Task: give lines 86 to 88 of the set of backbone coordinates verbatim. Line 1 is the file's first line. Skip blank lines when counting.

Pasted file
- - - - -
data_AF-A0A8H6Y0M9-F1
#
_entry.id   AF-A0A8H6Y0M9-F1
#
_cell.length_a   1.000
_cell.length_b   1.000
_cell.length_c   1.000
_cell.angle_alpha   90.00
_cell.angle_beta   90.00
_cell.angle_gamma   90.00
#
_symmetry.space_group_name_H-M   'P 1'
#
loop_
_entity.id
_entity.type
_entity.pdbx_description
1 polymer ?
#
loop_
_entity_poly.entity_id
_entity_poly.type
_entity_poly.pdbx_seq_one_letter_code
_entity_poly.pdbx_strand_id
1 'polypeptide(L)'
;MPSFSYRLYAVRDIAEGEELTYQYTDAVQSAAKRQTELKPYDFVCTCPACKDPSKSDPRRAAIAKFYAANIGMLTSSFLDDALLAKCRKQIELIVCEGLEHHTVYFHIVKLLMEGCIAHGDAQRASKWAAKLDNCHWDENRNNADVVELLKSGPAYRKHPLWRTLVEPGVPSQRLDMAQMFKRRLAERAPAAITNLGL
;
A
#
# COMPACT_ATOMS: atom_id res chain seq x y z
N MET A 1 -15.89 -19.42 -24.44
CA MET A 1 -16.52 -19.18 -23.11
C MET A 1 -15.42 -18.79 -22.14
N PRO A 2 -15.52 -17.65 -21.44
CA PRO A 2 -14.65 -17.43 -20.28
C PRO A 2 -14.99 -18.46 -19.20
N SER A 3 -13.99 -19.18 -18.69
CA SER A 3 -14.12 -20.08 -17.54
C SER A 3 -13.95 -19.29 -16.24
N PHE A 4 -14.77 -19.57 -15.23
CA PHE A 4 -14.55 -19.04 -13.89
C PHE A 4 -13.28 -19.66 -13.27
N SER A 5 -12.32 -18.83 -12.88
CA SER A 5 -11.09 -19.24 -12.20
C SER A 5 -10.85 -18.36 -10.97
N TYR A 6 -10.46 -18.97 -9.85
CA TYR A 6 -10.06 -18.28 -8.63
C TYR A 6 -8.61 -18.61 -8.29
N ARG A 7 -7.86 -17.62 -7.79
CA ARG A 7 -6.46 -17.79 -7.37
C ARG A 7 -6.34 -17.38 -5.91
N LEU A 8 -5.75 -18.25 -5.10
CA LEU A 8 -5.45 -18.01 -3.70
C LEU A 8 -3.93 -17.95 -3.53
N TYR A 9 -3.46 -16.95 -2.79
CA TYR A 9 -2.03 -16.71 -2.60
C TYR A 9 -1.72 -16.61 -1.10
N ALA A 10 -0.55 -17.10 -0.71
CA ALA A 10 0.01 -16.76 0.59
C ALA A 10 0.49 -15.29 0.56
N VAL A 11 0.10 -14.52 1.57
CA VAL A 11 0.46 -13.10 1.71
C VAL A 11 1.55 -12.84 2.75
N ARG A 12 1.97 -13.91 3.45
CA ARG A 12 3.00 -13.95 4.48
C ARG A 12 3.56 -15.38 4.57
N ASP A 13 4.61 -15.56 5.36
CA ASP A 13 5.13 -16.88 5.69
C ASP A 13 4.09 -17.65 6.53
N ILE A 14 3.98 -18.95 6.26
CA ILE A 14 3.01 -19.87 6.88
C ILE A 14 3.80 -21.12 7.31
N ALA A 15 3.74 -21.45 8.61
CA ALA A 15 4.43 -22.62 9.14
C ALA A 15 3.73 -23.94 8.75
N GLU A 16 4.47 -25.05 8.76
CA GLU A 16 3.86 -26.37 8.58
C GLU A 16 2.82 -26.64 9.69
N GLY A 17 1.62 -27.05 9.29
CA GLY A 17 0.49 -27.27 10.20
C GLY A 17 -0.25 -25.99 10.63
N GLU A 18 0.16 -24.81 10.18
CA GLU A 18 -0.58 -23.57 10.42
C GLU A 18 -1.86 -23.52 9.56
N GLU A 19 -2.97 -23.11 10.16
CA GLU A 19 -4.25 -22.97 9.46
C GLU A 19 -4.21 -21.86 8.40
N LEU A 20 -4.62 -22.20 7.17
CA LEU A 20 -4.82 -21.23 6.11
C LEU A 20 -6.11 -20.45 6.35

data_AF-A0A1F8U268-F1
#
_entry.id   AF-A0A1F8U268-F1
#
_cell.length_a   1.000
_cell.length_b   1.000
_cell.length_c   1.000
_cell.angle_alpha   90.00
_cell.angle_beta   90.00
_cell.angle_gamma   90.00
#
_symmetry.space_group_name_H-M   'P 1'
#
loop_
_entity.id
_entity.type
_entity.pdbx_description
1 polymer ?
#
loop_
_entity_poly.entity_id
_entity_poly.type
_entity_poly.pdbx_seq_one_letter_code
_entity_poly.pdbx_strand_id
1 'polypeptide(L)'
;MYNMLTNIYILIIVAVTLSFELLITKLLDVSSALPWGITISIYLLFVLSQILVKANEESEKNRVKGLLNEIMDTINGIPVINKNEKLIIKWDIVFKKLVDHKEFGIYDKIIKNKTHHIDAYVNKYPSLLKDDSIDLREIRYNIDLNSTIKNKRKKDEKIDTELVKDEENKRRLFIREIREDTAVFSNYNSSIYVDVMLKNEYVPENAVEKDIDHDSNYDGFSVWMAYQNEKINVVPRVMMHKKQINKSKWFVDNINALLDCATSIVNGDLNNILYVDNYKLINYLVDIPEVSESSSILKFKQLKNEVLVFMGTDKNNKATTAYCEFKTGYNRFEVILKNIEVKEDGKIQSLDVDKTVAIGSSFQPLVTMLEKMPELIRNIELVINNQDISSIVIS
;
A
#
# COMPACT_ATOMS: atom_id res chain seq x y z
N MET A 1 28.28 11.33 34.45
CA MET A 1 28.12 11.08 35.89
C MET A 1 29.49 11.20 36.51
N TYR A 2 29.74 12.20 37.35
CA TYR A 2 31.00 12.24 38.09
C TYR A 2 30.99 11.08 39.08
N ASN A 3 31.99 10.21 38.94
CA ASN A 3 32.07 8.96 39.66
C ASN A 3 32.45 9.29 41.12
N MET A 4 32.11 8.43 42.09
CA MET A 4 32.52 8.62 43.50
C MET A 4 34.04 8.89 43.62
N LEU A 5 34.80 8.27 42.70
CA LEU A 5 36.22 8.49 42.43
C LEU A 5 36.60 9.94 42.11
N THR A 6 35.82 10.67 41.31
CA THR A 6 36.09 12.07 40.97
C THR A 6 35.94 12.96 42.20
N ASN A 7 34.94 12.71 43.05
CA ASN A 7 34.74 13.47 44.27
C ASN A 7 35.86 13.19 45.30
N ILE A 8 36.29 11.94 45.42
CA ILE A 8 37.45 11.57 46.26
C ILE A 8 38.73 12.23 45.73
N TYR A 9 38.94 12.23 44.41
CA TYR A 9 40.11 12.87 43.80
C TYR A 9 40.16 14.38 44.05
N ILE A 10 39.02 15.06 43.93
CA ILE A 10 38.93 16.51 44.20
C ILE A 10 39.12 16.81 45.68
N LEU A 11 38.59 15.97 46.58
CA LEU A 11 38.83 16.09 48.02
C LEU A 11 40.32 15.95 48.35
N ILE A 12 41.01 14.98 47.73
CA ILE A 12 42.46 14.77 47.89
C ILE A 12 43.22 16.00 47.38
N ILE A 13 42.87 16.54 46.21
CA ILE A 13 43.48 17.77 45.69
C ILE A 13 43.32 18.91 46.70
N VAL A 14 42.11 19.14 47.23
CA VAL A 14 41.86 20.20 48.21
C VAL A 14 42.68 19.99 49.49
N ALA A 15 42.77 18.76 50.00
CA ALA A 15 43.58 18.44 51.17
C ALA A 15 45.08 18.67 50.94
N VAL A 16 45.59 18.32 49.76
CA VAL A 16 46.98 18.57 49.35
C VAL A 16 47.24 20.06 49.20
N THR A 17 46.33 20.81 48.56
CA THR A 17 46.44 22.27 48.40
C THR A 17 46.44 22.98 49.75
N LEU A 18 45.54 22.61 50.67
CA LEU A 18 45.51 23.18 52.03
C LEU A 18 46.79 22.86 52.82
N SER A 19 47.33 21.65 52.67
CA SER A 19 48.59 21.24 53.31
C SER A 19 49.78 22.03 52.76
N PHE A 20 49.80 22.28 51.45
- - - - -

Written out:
CA GLU A 19 -4.25 -22.97 9.46
C GLU A 19 -4.21 -21.86 8.40
N LEU A 20 -4.62 -22.20 7.17